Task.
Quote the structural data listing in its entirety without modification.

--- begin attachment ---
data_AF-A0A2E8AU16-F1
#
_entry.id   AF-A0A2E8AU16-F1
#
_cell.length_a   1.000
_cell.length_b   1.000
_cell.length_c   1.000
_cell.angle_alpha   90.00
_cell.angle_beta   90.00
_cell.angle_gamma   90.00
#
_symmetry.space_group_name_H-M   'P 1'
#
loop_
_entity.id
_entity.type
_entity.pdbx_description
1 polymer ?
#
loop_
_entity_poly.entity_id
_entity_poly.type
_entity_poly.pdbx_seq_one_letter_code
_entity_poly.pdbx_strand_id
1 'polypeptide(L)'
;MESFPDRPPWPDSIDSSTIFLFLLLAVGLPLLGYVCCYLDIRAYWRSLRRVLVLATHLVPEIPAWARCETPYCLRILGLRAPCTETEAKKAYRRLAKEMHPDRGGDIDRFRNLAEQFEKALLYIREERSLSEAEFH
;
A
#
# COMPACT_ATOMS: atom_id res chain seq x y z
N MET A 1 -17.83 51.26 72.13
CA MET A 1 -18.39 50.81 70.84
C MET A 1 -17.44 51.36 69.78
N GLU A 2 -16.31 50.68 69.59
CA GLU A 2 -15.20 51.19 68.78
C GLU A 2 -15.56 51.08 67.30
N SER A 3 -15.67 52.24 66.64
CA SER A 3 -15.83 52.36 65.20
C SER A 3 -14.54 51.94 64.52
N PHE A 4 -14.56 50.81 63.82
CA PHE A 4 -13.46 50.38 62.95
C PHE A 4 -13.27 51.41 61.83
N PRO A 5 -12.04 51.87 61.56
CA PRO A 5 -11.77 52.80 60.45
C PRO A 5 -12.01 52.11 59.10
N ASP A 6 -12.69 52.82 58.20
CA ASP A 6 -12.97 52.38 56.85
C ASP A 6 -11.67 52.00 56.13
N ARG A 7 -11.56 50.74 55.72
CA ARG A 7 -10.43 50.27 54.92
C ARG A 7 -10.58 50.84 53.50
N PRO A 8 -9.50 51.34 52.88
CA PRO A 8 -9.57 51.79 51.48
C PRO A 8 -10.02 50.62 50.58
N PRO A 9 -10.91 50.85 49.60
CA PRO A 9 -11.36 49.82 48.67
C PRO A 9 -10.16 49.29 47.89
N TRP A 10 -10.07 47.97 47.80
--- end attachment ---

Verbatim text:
data_AF-A0A2E8AU16-F1
#
_entry.id   AF-A0A2E8AU16-F1
#
_cell.length_a   1.000
_cell.length_b   1.000
_cell.length_c   1.000
_cell.angle_alpha   90.00
_cell.angle_beta   90.00
_cell.angle_gamma   90.00
#
_symmetry.space_group_name_H-M   'P 1'
#
loop_
_entity.id
_entity.type
_entity.pdbx_description
1 polymer ?
#
loop_
_entity_poly.entity_id
_entity_poly.type
_entity_poly.pdbx_seq_one_letter_code
_entity_poly.pdbx_strand_id
1 'polypeptide(L)'
;MESFPDRPPWPDSIDSSTIFLFLLLAVGLPLLGYVCCYLDIRAYWRSLRRVLVLATHLVPEIPAWARCETPYCLRILGLRAPCTETEAKKAYRRLAKEMHPDRGGDIDRFRNLAEQFEKALLYIREERSLSEAEFH
;
A
#
# COMPACT_ATOMS: atom_id res chain seq x y z
N MET A 1 -17.83 51.26 72.13
CA MET A 1 -18.39 50.81 70.84
C MET A 1 -17.44 51.36 69.78
N GLU A 2 -16.31 50.68 69.59
CA GLU A 2 -15.20 51.19 68.78
C GLU A 2 -15.56 51.08 67.30
N SER A 3 -15.67 52.24 66.64
CA SER A 3 -15.83 52.36 65.20
C SER A 3 -14.54 51.94 64.52
N PHE A 4 -14.56 50.81 63.82
CA PHE A 4 -13.46 50.38 62.95
C PHE A 4 -13.27 51.41 61.83
N PRO A 5 -12.04 51.87 61.56
CA PRO A 5 -11.77 52.80 60.45
C PRO A 5 -12.01 52.11 59.10
N ASP A 6 -12.69 52.82 58.20
CA ASP A 6 -12.97 52.38 56.85
C ASP A 6 -11.67 52.00 56.13
N ARG A 7 -11.56 50.74 55.72
CA ARG A 7 -10.43 50.27 54.92
C ARG A 7 -10.58 50.84 53.50
N PRO A 8 -9.50 51.34 52.88
CA PRO A 8 -9.57 51.79 51.48
C PRO A 8 -10.02 50.62 50.58
N PRO A 9 -10.91 50.85 49.60
CA PRO A 9 -11.36 49.82 48.67
C PRO A 9 -10.16 49.29 47.89
N TRP A 10 -10.07 47.97 47.80